Back to Features

Fanaticism, food and booze

The 2010 FIFA World Cup is coming. Where will you watch?

DOYLE'S PUBLIC HOUSE: Open for the World Cup at 4:30 a.m. for the first 10 days of the tournament.

Email Article Print Article Share on Facebook Share on Reddit Share on StumbleUpon

Our little Northwest piece of the world will take part in global fanaticism beginning June 11 when team captains shake hands for the first match of the 2010 FIFA World Cup.

In the Tacoma area, Doyle's Public House is pretty much synonymous with soccer.  Doyle's patrons are quite familiar with St. Patrick's Day ragers - the blowout of all parties - but this will mark the bar's first festivity celebrating the month-long World Cup series, which occurs once every four years.  Avid soccer enthusiast and co-owner of Doyle's Russ Heaton shared excitedly that the matches will be broadcast via Click Cable on a 20-foot HD screen in a 250-person outdoor tent courtesy of AA Party Rentals. Fans can enjoy breakfast as early as 4:30 a.m. for the first match of the day during the first 10 days of the tournament.

Heaton is also rolling out a special crack o' dawn menu featuring breakfast burritos, omelets, and breakfast sandwiches for $5 and less.  All three are served with home fries crisped up with herbs, red onion and garlic. In terms of the burritos, scrambled eggs, freshly made Doyle's house salsa and black beans are wrapped in flour tortilla with choice of chorizo, chicken, or bacon and cheddar, mozzarella, or provolone. Cantaloupe, watermelon, grapes and berries ride shotgun. With the two-egg omelet there's only one question - to have bacon or to not have bacon. The breakfast sandwich is a simple affair of either toasted bagel or English muffin, egg, cheese, and sausage patty or bacon.

Doyle's uses locally sourced organic produce when possible.

Wash this goodness down with $4 16-ounce tallboys of Bud, Bud Lite, Labatts, or Boddingtons; $3 schooners on all draft beers; $3 12-ounce Negro Modelo cans; or a Bloody Mary or mimosa (only $3 on Sundays). There's the possibility of a taco truck and hot dogs and cream cheese, too. The tent will showcase a diverse lineup of bands and multimedia entertainment on that big-ass screen at night when there aren't soccer games.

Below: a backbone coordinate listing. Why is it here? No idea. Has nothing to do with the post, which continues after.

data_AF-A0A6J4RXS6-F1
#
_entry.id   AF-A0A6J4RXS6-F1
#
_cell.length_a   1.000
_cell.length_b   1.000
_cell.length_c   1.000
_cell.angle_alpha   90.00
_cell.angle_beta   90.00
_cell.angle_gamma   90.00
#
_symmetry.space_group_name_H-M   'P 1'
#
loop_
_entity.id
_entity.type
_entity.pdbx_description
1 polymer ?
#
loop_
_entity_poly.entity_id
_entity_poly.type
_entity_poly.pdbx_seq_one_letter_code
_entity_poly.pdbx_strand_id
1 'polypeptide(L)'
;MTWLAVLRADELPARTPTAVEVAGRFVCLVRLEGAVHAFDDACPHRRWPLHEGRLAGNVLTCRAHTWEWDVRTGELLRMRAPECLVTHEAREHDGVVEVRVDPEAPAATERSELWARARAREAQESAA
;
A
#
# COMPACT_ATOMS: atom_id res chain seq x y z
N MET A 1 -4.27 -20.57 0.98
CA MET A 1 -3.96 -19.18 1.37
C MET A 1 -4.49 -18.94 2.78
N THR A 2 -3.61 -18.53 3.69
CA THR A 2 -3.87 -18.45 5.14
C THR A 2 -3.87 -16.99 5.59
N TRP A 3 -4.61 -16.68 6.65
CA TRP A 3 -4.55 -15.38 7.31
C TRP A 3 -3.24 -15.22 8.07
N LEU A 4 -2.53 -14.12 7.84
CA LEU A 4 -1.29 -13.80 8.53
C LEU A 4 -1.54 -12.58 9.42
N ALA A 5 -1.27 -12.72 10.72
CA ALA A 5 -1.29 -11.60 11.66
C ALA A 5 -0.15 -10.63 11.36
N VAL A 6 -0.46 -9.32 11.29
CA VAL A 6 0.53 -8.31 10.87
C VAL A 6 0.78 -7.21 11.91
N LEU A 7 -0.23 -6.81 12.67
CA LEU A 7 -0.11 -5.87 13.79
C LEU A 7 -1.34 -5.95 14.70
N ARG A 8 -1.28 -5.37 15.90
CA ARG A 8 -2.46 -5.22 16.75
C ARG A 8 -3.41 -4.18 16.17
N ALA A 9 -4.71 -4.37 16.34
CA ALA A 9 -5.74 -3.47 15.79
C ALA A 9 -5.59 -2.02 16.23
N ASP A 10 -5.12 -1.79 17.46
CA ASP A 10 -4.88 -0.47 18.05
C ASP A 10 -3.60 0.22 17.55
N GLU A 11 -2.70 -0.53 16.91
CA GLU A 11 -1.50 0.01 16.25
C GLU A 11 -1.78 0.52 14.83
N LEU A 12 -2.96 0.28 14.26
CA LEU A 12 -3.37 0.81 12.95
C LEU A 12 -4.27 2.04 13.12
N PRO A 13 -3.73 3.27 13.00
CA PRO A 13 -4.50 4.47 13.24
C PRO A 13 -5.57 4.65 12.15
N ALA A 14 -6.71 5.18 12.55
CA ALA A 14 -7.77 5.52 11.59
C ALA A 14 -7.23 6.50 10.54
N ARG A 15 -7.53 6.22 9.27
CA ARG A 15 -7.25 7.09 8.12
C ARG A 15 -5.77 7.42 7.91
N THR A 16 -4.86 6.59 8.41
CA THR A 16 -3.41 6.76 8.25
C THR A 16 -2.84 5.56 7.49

The Ram on Ruston Way will feature draft beers not their own, a first in six or so years, when it teams up with Modelo beers for the World Cup soccer series with $4.75 16-ounce and $5.75 drafts. The Ram will open at its usual time of 11 a.m., so only the 11:30 a.m. and later games will be broadcast there. Happy hour hits twice a day: 3-6 p.m. and 9 p.m. to close. Tasty bites run $2.99-$4.99: garlic fries, pickle chips, Thai wrap, barbecue chicken quesadilla, nachos, and buffalo waffle fries. Happy hour drinks are $2.99: wells, Big Horn drafts, and house wine.

I doubt the streets of Downtown Tacoma will look anything like those of Liverpool or anywhere in the Netherlands. However, patrons of Paddy Coyne's Irish Pub in Seattle enjoyed the FIFA Confederations Cup there last year. For 2010, the Tacoma location will be ready to tame starved hooligans with breakfast starting at 7 a.m., serving a brunch menu of traditional Irish and American dishes: bangers and eggs, fluffy omelets, Patty's hash topped with eggs and fresh hollandaise, orange infused egg battered toast, steel-cut Irish oats with coconut brown sugar streusel, red potatoes, soda bread, and more.

Check out the $2.99 Bloody Mary bar with pickled asparagus, green beans, olives, salted glass rim, and choice of bloody mix highlighted by Tabasco, horseradish or wasabi. Swap out McCormick's well vodka for Absolut Peppar ($6.50) or Stoli ($6.25).

Also available are $2.99 Mimosas and $3 Bud and Bud Lite. Paddy Coyne's will broadcast matches on multiple flat screen televisions.

Daily changing lunch specials will be offered for the midday games, and happy hour starts at 3 p.m.

The World Cup kicks off June 11, with an opening match starting at 7 a.m. featuring Mexico vs. South Africa. The first U.S. match is June 12 at 11:30 a.m. against England. Soccer fans are freaky serious about their sport, so whatever your destination, arrive early for good viewing and noshing.

Where will you watch the games?

Read next close


Risky business

Comments for "Fanaticism, food and booze"

Comments for this article are currently closed.